Spokane City Council candidate Mark Hamilton’s residency problems continue.
Two voters in Spokane's northeast council district filed a lawsuit today claiming that Hamilton's name should not be allowed on the ballot because he was not a resident of the city or district for a full year previous to filing to run last week.
The Spokane City Charter requires that candidates be resident at least a year before officials file to place their names on the ballot county auditor.
Hamilton, a real estate agent and pastor, bought a dilapidated home at 217 E. Pacific last year in hopes of running for office. His other home is south of city limits. Only he and incumbent Amber Waldref filed to run for the seat.
County records indicate he bought the home in June 2012. Hamilton said last month that he has paperwork that would prove he bought it in May 2012 — though he has not presented that documentation to the newspaper.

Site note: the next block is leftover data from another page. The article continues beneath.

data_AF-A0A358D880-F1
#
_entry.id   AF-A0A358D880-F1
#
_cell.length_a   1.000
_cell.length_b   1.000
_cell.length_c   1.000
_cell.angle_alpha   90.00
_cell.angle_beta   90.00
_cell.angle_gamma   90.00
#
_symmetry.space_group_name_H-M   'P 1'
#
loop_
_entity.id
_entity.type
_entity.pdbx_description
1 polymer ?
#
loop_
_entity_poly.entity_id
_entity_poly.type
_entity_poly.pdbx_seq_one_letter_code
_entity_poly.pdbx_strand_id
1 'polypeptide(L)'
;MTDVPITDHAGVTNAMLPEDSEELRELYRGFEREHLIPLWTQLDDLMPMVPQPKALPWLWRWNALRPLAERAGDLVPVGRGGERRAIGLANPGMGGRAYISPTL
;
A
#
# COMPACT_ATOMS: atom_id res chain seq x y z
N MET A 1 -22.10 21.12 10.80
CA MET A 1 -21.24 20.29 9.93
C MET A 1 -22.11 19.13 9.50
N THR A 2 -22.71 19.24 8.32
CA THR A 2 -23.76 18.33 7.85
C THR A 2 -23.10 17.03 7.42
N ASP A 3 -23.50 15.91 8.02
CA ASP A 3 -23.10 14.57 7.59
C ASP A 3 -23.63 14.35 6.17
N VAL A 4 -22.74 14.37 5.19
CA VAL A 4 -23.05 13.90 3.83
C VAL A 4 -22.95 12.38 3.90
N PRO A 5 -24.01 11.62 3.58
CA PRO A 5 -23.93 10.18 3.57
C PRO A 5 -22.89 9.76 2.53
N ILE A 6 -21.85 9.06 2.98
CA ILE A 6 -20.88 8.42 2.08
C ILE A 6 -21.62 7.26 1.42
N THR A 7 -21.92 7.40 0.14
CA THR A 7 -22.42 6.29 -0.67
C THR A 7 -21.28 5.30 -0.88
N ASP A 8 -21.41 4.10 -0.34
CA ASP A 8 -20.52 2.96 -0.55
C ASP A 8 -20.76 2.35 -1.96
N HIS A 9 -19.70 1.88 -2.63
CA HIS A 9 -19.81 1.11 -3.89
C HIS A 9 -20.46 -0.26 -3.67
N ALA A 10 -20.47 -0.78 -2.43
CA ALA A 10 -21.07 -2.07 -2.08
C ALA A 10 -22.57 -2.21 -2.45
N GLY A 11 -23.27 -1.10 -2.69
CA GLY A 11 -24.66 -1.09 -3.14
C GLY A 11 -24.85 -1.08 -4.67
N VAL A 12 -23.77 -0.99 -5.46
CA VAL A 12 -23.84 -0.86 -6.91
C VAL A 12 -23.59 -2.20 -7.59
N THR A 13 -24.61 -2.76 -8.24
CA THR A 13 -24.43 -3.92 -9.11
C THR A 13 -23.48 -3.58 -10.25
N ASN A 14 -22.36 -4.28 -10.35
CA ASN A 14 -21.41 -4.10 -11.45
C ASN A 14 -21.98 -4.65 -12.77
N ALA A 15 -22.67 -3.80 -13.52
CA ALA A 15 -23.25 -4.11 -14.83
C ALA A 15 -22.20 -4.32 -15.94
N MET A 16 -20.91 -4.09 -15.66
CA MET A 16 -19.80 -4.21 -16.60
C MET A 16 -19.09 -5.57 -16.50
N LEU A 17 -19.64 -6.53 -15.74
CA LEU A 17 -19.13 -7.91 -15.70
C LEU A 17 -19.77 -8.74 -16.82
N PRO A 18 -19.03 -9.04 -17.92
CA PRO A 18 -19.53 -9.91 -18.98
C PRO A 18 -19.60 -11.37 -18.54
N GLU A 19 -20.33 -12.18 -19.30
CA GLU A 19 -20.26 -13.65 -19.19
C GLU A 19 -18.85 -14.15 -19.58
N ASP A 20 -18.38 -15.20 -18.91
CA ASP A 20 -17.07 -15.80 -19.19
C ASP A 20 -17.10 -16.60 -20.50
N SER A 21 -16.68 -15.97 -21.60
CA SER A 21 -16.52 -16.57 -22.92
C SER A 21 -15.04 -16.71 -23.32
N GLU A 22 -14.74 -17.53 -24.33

Last week, the city’s assistant building official ordered that he not live in the home because he determined that the house “is unsafe to live in.” The city described the home as uninhabitable in October, but Hamilton told a reporter in February that he had spent the majority of his nights since he bought the home at the address. A man who worked on the home over a five-month period has said he saw no evidence that Hamilton ever stayed the night there.
When he voted in November, Hamilton was registered to vote at a residence outside city limits.
On Monday, Hamilton declined to comment about the city's order not to occupy his home.
Cathy Gunderson and Carol McGirk are the plaintiffs in the case. They are represented by Frank Malone, a former candidate for Spokane County prosecutor. Malone said the Spokane County Democratic party paid the $240 filing fee for the case and that he is volunteering his time.